By allowing ads to appear on this site, you support the local businesses who, in turn, support great journalism.
Learning leads to preventive medicine
Placeholder Image

There is an epidemic in America. It is not ebola or measles, at least not yet.

No, we are faced with an epidemic of willful ignorance.

We live in a society benefited by amazing advances in science and culture. You can hold in your hand a device smaller than a sandwich that can show you a live video feed from space. You can receive medical treatments to supplement or even replace organs.

Your pets have benefited from these advancements. But some people have decided not to utilize these scientific advancements, yielding a detriment to the health of dogs.

When I was a little kid, parvo killed thousands of dogs, including one of my own. We now have a safe and effective vaccine that can come as close to full prevention as possible. Yet some people still don’t use it.

When I was in high school, thousands of dogs died from heartworm disease.

Heartworms occur when a mosquito bites a dog and transmits larval worms into it. The larval worms mature and live in the blood vessels between the heart and lungs. Cardiac and respiratory function is damaged. Eventually, death occurs, after a tortuous and painfully drawn out progression.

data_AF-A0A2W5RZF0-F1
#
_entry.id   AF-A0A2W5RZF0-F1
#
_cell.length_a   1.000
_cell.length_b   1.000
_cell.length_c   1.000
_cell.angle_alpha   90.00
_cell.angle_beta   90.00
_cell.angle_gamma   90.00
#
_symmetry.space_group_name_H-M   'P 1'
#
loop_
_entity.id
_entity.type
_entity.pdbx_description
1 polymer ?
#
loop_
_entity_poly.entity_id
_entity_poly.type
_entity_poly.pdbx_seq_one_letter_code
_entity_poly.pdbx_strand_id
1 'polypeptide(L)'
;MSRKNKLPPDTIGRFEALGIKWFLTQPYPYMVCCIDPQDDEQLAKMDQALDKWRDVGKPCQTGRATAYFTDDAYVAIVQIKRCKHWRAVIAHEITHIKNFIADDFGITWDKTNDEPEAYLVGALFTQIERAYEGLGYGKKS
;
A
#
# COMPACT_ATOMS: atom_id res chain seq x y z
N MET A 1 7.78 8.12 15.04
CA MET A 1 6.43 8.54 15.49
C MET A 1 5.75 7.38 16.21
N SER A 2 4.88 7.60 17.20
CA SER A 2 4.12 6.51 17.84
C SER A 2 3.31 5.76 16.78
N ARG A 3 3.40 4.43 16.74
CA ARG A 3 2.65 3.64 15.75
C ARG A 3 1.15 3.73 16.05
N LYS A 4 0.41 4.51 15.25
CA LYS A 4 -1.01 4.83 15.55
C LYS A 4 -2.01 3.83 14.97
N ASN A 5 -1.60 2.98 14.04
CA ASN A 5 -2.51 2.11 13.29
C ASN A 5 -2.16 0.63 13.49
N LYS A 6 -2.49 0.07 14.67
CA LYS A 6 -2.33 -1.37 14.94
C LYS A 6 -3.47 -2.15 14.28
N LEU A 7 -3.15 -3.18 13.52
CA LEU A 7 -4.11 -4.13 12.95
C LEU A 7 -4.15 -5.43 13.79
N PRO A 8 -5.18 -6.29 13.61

Now we can give a meat-flavored treat once a month to protect the dog. Yet some people don’t do it.

Some people want their children to witness the “beauty of life” by having their dog birth a litter. Then they scramble to give away the puppies, who may beget more unwanted dogs and continue the trend of unwanted pets being euthanized or neglected.

The beauty of life includes surgery and how it prevents such outcomes, as well as avoids diseases such as cancer. Yet some people don’t even consider it.

Yes, we live in a world where information is more available. The ancient Greeks knew the world was a sphere, and even worked out a close approximation on the size of our globe, as well as the size and distance of the moon. Imagine what that kind of dedication to learning could do for us now that we have the Internet?

Please learn something from someone other than a celebrity. And google something other than “twerking corgis,” but do google that.

Matthew Sisk is a practicing veterinarian from Habersham County. Have questions about your pet? He can be reached at

Regional events